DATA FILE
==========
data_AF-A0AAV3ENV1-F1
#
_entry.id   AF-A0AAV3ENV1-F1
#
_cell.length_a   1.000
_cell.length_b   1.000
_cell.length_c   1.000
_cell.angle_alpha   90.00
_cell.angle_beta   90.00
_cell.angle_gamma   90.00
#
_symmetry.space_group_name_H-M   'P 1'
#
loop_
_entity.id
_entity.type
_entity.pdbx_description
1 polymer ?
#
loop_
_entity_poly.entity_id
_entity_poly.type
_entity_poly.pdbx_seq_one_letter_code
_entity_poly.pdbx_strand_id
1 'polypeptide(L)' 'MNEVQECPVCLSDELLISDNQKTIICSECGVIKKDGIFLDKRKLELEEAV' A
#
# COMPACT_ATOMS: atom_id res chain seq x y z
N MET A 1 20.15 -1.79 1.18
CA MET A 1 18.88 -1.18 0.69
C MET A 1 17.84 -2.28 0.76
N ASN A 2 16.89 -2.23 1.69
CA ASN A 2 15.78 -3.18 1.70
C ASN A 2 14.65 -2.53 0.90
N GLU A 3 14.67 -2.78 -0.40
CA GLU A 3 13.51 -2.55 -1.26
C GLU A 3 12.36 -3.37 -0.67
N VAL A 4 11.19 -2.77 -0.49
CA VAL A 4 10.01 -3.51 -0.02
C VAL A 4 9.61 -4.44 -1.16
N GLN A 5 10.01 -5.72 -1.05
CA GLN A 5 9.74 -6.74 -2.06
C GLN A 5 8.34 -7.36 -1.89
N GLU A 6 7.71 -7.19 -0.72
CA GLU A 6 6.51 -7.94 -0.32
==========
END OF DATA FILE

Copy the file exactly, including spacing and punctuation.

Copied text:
data_AF-A0AAV3ENV1-F1
#
_entry.id   AF-A0AAV3ENV1-F1
#
_cell.length_a   1.000
_cell.length_b   1.000
_cell.length_c   1.000
_cell.angle_alpha   90.00
_cell.angle_beta   90.00
_cell.angle_gamma   90.00
#
_symmetry.space_group_name_H-M   'P 1'
#
loop_
_entity.id
_entity.type
_entity.pdbx_description
1 polymer ?
#
loop_
_entity_poly.entity_id
_entity_poly.type
_entity_poly.pdbx_seq_one_letter_code
_entity_poly.pdbx_strand_id
1 'polypeptide(L)' 'MNEVQECPVCLSDELLISDNQKTIICSECGVIKKDGIFLDKRKLELEEAV' A
#
# COMPACT_ATOMS: atom_id res chain seq x y z
N MET A 1 20.15 -1.79 1.18
CA MET A 1 18.88 -1.18 0.69
C MET A 1 17.84 -2.28 0.76
N ASN A 2 16.89 -2.23 1.69
CA ASN A 2 15.78 -3.18 1.70
C ASN A 2 14.65 -2.53 0.90
N GLU A 3 14.67 -2.78 -0.40
CA GLU A 3 13.51 -2.55 -1.26
C GLU A 3 12.36 -3.37 -0.67
N VAL A 4 11.19 -2.77 -0.49
CA VAL A 4 10.01 -3.51 -0.02
C VAL A 4 9.61 -4.44 -1.16
N GLN A 5 10.01 -5.72 -1.05
CA GLN A 5 9.74 -6.74 -2.06
C GLN A 5 8.34 -7.36 -1.89
N GLU A 6 7.71 -7.19 -0.72
CA GLU A 6 6.51 -7.94 -0.32